According to the scriptures, some necessary rules have been made for the life of a person, following which is considered to be a must for us. In this human life, every person must imperatively follow the sixteen sacraments. These sixteen sacraments are performed at different times from the birth till the death of a person.
The tradition of discharging of these sixteen sacraments has been going on from ancient times. Every sacrament has its own distinct importance. The person who does not follow these sixteen sacraments, his life is considered to be incomplete. These are the sixteen sacraments:
The Garbhaadhaan Sacrament:
This is that sacrament in which we are blessed with a capable, gifted and ideal child. According to the scriptures, in order to have a child of your desire, the Conception Sacrament takes place. It is this sacrament that helps in the growth of one’s lineage.
The Punsavan Sacrament:
This sacrament is done for the mental and intellectual development of the fetus. The major advantages of the Punsavan sacrament are that we are blessed with a healthy, beautiful and gifted child because of it.
The Seemantonnayan Sacrament:
This sacrament is practiced during the sixth and eighth month of pregnancy. During this time the life developing within the womb becomes capable of learning. In order for it to have good attributes, nature and values, the mother follows similar thoughts, lifestyle and behavior.
The Jaatakakarma Sacrament:
Practicing this sacrament immediately after the birth of the baby helps in removing many kinds of imperfections from the child. During this, the child is made to taste honey and clarified butter. Along with this, mantras from the Vedic scriptures are chanted so that the child remains healthy and has a long life.
The Naamakaran Sacrament:
The Naamakaran sacrament is done on the eleventh day of the birth of a child. The name of the child is decided by the priest according to astrology.
The Nishkramana Sacrament:
The meaning of nishkramana is to eradicate. This sacrament is done in the fourth month of the birth of a child. Our body is made up of earth, water, fire, wind and sky – which are also known as the ‘Panchabhoot’. That is why the father prays to these five deities for the well-being of his child.
The Annapraashan Sacrament:
This sacrament is followed at the time of the teething of the child, i.e. at the age of 6-7 months. After this sacrament, the process of feeding grains to the child begins.
The Mundana Sacrament:
When one year of the life of a child comes to an end, then either between the age of one to three years or five to seven years, the hair on the head of the child is shaved. This is known as the Mundana sacrament. This sacrament strengthens the head of a child and sharpens his intellect. It also helps in destroying the bacteria stuck to the hair of the child, which in turn provides great health benefits to the child.
The Vidyaarambha Sacrament:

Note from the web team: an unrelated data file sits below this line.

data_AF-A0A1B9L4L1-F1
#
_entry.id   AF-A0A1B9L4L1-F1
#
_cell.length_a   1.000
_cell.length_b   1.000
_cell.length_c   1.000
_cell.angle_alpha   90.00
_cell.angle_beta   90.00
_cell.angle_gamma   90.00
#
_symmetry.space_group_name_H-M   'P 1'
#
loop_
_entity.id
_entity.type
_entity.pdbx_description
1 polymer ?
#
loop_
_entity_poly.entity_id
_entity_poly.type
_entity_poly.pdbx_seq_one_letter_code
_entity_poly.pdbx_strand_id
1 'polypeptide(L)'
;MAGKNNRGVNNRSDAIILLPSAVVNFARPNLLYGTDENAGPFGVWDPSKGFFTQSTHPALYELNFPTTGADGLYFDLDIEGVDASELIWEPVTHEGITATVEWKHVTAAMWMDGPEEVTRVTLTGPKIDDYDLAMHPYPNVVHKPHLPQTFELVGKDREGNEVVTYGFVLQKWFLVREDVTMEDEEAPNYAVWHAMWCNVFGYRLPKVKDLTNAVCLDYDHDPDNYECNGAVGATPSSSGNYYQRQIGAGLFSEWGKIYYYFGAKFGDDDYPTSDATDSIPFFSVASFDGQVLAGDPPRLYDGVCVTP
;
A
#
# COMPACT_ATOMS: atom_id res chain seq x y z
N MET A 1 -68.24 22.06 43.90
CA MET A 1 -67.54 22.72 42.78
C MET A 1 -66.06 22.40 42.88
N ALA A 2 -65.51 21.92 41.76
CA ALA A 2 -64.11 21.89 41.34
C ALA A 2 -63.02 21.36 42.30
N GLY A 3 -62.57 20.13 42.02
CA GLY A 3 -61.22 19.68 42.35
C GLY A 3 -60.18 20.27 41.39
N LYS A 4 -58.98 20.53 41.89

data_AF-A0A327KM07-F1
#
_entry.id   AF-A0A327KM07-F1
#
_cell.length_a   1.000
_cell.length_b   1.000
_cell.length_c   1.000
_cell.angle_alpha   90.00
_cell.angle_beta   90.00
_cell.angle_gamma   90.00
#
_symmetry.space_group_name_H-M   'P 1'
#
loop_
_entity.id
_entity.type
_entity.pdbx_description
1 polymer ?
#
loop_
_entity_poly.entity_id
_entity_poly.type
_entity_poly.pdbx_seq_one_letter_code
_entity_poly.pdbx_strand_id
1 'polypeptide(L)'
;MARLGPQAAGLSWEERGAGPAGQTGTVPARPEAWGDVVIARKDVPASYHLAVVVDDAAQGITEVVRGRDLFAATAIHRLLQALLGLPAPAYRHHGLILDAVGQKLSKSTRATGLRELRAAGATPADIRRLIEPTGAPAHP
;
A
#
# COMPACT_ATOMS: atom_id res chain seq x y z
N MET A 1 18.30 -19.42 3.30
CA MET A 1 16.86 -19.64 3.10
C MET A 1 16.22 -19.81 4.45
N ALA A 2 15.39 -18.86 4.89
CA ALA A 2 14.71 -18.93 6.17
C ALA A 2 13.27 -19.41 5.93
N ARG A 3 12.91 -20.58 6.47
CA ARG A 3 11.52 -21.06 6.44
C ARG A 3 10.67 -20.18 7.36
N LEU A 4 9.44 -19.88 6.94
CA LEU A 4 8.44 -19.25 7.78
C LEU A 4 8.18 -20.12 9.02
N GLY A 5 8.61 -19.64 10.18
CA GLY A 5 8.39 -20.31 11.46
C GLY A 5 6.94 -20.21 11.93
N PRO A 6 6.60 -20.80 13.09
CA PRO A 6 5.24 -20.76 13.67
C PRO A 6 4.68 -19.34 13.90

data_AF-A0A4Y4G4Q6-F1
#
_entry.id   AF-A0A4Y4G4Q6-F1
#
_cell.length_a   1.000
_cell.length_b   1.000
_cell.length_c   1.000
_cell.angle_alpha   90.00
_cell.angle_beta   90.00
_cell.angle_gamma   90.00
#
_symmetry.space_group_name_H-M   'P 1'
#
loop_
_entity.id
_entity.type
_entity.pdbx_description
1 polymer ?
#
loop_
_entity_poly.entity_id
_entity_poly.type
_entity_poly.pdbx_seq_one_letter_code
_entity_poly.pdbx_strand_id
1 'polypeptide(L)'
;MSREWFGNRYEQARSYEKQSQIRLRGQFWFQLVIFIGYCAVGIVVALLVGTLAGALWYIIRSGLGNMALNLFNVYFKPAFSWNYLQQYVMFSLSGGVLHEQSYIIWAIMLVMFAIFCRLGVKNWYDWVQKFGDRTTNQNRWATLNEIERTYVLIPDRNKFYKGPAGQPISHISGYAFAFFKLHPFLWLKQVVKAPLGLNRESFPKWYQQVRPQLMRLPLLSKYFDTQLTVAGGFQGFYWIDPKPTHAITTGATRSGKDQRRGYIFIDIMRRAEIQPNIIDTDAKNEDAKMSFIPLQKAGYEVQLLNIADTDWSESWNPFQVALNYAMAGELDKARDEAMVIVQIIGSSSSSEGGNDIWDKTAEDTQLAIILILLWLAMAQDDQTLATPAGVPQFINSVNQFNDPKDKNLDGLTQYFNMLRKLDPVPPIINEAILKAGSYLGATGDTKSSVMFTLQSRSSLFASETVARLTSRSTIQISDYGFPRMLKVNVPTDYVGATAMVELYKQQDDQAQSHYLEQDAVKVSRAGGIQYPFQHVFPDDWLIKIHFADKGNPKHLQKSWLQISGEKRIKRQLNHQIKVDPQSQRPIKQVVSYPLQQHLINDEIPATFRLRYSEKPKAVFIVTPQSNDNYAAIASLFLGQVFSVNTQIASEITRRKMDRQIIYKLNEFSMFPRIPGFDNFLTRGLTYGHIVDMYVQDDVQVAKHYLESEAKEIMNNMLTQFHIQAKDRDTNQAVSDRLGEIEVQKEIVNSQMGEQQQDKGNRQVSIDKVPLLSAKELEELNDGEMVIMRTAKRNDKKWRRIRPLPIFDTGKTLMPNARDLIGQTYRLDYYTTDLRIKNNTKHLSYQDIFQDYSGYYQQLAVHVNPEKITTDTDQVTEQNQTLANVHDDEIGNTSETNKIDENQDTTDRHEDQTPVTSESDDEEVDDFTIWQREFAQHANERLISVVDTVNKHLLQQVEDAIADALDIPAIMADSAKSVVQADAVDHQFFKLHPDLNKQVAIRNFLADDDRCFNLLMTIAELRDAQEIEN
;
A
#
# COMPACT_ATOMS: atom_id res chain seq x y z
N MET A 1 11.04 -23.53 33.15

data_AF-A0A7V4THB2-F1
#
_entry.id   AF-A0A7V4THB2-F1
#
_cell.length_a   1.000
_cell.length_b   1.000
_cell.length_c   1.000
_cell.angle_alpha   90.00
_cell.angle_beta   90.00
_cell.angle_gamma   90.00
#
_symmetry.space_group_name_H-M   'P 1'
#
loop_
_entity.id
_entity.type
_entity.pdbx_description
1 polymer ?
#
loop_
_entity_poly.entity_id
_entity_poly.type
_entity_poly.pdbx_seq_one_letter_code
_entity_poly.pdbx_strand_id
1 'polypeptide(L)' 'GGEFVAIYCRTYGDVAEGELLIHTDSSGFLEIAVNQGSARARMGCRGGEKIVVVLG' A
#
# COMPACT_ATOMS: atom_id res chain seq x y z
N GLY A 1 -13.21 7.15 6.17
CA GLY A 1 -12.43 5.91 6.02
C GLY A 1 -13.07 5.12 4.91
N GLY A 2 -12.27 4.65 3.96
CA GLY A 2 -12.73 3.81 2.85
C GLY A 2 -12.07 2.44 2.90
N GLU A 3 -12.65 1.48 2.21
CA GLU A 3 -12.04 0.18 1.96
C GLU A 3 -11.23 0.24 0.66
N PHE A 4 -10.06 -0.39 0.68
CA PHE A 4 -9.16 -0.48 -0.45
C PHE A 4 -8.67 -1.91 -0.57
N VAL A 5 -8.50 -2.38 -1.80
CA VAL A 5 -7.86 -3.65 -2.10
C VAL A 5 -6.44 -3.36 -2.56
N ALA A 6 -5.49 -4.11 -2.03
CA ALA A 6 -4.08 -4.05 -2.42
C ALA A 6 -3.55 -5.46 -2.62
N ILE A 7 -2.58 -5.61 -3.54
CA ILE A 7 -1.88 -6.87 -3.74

Suitable education is provided to a child through the medium of this sacrament. The child is made familiar with the level of primary education.
The Karnabedha Sacrament:
The earlobes of a child are pierced in this sacrament. There are two reasons behind it. One is to wear ornaments. Piercing the earlobes enables acupuncture. It helps in improving the flow of blood in the veins that goes to the brain. It increases the strength of the ‘Sharaavana’ and prevents from many illnesses.
The Upanayanayagyopavita Sacrament:
‘Upa’ means near and ‘nayana’ means to take. Upanayana sacrament means to take the child to the teacher. This tradition continues even today. There are three ‘sootras’ in the ‘janeu’ which is also known as ‘yagyopavita’. These three deities are Brahma, Vishnu and Mahesha. A child receives strength, magnificence and energy through this sacrament.
The Vedaarambha Sacrament:
In this sacrament, a person is given the knowledge of the Vedic scriptures.
The Keshaanta Sacrament:
Keshaanta sacrament means to end the ‘kesh’ i.e. hair. Keshaanta is also done before the study of knowledge. It is a belief that after coming out of the womb, the child has the hair given by his parents on his head. Cutting them provides purification. It is imperative to have purification before receiving education so that the brain works in the right direction. Keshaanta sacrament is done after receiving education from the ‘gurukul’.
The Samaavartana Sacrament:
Samaavartana sacrament means to return once again. This sacrament was practiced to bring a person back into the society once again after having received education in the ‘aashram’ or ‘gurukul’. It signifies preparing a celibate person psychologically for the struggles of life.
The Vivaaha Sacrament:
This is the medium of religion. Vivaaha sacrament is considered to be the sacrament of paramount importance. In this, the bride and the groom marry and vow to stay together and follow the path of religion. Through marriage, they contribute towards the development of the ‘creation’. It is through this sacrament only that a person is freed from the ancestral debt.
The Antyeshtee Sacrament:
Antyeshtee sacrament means the final sacrament. According to the scriptures, after the death of a person, i.e. after his soul has left his body, the body of the dead is dedicated to fire. Even today, fire is lit in the house and carried in front of the procession of the dead. The funeral pyre is lit with this same fire. The significance of this fire is that the person had lit in his house after marriage, the fire of his final sacrifice will be lit with the same fire.